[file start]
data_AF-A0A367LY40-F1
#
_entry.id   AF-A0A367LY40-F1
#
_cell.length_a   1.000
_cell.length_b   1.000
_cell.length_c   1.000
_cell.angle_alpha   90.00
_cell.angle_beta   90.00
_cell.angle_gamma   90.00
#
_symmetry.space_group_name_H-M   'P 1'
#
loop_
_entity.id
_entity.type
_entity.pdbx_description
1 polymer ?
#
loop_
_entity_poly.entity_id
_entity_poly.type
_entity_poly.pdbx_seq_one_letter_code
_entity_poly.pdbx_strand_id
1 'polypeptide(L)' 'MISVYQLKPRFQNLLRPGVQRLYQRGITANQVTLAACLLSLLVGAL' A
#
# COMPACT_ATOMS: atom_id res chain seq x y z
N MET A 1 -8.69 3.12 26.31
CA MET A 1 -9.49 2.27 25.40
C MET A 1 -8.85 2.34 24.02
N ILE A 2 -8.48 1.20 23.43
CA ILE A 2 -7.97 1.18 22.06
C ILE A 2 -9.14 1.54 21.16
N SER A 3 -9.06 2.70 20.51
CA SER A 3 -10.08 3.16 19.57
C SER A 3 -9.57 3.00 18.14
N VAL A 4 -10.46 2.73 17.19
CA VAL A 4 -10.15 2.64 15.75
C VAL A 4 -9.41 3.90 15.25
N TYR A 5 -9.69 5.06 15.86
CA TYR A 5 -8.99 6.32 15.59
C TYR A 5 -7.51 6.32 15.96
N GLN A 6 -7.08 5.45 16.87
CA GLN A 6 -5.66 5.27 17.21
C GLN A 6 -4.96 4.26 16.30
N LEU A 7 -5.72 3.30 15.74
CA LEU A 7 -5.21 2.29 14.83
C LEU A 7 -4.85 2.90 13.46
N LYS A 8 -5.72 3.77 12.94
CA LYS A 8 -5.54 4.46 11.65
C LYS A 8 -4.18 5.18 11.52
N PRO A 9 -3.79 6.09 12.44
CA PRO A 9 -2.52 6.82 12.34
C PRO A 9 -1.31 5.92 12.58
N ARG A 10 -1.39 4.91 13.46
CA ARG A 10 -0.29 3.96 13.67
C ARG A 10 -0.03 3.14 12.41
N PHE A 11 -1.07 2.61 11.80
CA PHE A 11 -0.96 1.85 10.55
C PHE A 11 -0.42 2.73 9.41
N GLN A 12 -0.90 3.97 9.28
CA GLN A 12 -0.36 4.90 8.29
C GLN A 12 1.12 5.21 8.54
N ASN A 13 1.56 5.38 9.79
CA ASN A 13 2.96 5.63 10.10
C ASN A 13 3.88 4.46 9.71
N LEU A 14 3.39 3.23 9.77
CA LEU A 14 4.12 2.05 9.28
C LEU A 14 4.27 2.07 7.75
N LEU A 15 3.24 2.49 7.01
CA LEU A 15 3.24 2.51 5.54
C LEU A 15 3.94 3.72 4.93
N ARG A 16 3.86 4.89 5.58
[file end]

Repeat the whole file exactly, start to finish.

data_AF-A0A367LY40-F1
#
_entry.id   AF-A0A367LY40-F1
#
_cell.length_a   1.000
_cell.length_b   1.000
_cell.length_c   1.000
_cell.angle_alpha   90.00
_cell.angle_beta   90.00
_cell.angle_gamma   90.00
#
_symmetry.space_group_name_H-M   'P 1'
#
loop_
_entity.id
_entity.type
_entity.pdbx_description
1 polymer ?
#
loop_
_entity_poly.entity_id
_entity_poly.type
_entity_poly.pdbx_seq_one_letter_code
_entity_poly.pdbx_strand_id
1 'polypeptide(L)' 'MISVYQLKPRFQNLLRPGVQRLYQRGITANQVTLAACLLSLLVGAL' A
#
# COMPACT_ATOMS: atom_id res chain seq x y z
N MET A 1 -8.69 3.12 26.31
CA MET A 1 -9.49 2.27 25.40
C MET A 1 -8.85 2.34 24.02
N ILE A 2 -8.48 1.20 23.43
CA ILE A 2 -7.97 1.18 22.06
C ILE A 2 -9.14 1.54 21.16
N SER A 3 -9.06 2.70 20.51
CA SER A 3 -10.08 3.16 19.57
C SER A 3 -9.57 3.00 18.14
N VAL A 4 -10.46 2.73 17.19
CA VAL A 4 -10.15 2.64 15.75
C VAL A 4 -9.41 3.90 15.25
N TYR A 5 -9.69 5.06 15.86
CA TYR A 5 -8.99 6.32 15.59
C TYR A 5 -7.51 6.32 15.96
N GLN A 6 -7.08 5.45 16.87
CA GLN A 6 -5.66 5.27 17.21
C GLN A 6 -4.96 4.26 16.30
N LEU A 7 -5.72 3.30 15.74
CA LEU A 7 -5.21 2.29 14.83
C LEU A 7 -4.85 2.90 13.46
N LYS A 8 -5.72 3.77 12.94
CA LYS A 8 -5.54 4.46 11.65
C LYS A 8 -4.18 5.18 11.52
N PRO A 9 -3.79 6.09 12.44
CA PRO A 9 -2.52 6.82 12.34
C PRO A 9 -1.31 5.92 12.58
N ARG A 10 -1.39 4.91 13.46
CA ARG A 10 -0.29 3.96 13.67
C ARG A 10 -0.03 3.14 12.41
N PHE A 11 -1.07 2.61 11.80
CA PHE A 11 -0.96 1.85 10.55
C PHE A 11 -0.42 2.73 9.41
N GLN A 12 -0.90 3.97 9.28
CA GLN A 12 -0.36 4.90 8.29
C GLN A 12 1.12 5.21 8.54
N ASN A 13 1.56 5.38 9.79
CA ASN A 13 2.96 5.63 10.10
C ASN A 13 3.88 4.46 9.71
N LEU A 14 3.39 3.23 9.77
CA LEU A 14 4.12 2.05 9.28
C LEU A 14 4.27 2.07 7.75
N LEU A 15 3.24 2.49 7.01
CA LEU A 15 3.24 2.51 5.54
C LEU A 15 3.94 3.72 4.93
N ARG A 16 3.86 4.89 5.58